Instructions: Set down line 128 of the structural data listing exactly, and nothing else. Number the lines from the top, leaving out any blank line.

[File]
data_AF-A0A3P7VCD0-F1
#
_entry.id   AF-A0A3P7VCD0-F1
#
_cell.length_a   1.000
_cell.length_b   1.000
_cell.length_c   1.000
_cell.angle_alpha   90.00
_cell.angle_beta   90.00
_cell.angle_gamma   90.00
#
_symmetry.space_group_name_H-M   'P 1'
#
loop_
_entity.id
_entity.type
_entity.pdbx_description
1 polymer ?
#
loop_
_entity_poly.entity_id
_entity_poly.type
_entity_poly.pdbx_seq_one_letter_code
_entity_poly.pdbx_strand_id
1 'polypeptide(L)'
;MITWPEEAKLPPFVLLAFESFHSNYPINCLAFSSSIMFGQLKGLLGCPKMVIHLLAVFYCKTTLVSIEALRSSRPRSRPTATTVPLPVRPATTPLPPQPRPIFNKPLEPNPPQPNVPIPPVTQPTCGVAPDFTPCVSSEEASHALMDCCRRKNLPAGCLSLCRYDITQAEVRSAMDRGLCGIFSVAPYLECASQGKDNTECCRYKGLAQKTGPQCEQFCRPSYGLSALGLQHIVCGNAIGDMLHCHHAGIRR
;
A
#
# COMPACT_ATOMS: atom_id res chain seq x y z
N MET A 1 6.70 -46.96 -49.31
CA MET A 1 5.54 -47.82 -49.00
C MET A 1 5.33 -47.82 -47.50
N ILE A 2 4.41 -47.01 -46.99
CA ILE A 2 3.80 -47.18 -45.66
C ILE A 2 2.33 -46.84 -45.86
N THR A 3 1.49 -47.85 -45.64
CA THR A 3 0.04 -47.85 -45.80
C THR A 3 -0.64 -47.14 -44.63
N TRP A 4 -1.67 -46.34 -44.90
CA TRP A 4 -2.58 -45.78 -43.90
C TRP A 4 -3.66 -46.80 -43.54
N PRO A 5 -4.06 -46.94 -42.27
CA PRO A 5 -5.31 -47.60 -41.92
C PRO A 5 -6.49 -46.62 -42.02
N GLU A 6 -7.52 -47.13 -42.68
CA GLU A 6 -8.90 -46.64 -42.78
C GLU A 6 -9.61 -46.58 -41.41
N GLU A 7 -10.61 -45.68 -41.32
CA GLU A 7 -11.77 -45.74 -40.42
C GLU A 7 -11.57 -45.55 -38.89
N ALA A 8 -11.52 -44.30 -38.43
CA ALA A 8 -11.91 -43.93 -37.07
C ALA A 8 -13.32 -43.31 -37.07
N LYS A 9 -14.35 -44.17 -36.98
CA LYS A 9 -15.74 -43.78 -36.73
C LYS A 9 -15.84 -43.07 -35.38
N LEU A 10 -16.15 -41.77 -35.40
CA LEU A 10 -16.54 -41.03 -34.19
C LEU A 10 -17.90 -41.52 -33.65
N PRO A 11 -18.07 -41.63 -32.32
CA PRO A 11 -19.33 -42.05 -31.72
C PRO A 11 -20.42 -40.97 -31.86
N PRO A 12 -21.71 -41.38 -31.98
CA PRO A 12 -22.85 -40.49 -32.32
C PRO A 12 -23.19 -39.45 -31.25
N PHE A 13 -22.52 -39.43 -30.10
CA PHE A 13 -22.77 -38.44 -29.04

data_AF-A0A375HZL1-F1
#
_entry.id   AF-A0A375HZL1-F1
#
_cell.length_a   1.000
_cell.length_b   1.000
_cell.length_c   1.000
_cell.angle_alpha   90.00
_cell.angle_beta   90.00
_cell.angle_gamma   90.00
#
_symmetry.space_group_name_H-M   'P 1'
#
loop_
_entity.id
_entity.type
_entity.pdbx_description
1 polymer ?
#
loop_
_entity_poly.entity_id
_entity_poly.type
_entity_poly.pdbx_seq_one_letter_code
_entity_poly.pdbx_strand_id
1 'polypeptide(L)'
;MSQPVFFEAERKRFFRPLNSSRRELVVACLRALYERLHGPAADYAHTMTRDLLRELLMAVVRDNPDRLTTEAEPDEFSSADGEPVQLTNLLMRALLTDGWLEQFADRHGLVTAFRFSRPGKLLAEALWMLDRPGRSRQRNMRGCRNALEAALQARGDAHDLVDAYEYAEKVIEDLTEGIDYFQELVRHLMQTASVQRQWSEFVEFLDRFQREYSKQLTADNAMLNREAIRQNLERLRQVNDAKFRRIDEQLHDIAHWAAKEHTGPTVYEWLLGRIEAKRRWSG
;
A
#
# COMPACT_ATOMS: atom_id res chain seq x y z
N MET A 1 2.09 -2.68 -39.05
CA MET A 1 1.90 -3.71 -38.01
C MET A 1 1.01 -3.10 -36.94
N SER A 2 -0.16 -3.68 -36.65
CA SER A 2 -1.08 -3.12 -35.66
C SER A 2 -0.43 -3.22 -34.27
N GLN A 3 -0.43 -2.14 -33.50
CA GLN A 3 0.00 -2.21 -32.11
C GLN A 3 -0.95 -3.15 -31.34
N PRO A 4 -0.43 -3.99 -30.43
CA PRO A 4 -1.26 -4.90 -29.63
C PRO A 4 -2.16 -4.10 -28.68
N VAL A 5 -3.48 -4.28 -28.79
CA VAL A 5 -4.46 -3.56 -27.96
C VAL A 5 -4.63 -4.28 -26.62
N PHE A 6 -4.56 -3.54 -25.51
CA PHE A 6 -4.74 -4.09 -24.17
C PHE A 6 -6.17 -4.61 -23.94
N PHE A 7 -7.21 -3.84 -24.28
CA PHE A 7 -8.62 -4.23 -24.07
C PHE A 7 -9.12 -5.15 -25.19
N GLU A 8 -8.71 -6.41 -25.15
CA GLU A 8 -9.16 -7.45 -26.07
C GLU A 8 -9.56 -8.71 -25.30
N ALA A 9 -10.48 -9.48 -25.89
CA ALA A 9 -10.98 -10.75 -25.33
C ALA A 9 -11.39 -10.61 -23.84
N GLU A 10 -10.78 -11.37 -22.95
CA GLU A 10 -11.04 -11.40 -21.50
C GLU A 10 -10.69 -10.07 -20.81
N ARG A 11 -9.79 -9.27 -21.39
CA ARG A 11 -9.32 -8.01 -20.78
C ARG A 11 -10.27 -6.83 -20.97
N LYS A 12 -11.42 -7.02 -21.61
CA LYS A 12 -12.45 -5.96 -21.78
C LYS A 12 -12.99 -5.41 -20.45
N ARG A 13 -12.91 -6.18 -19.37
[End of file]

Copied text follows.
C GLU A 10 -10.69 -10.07 -20.81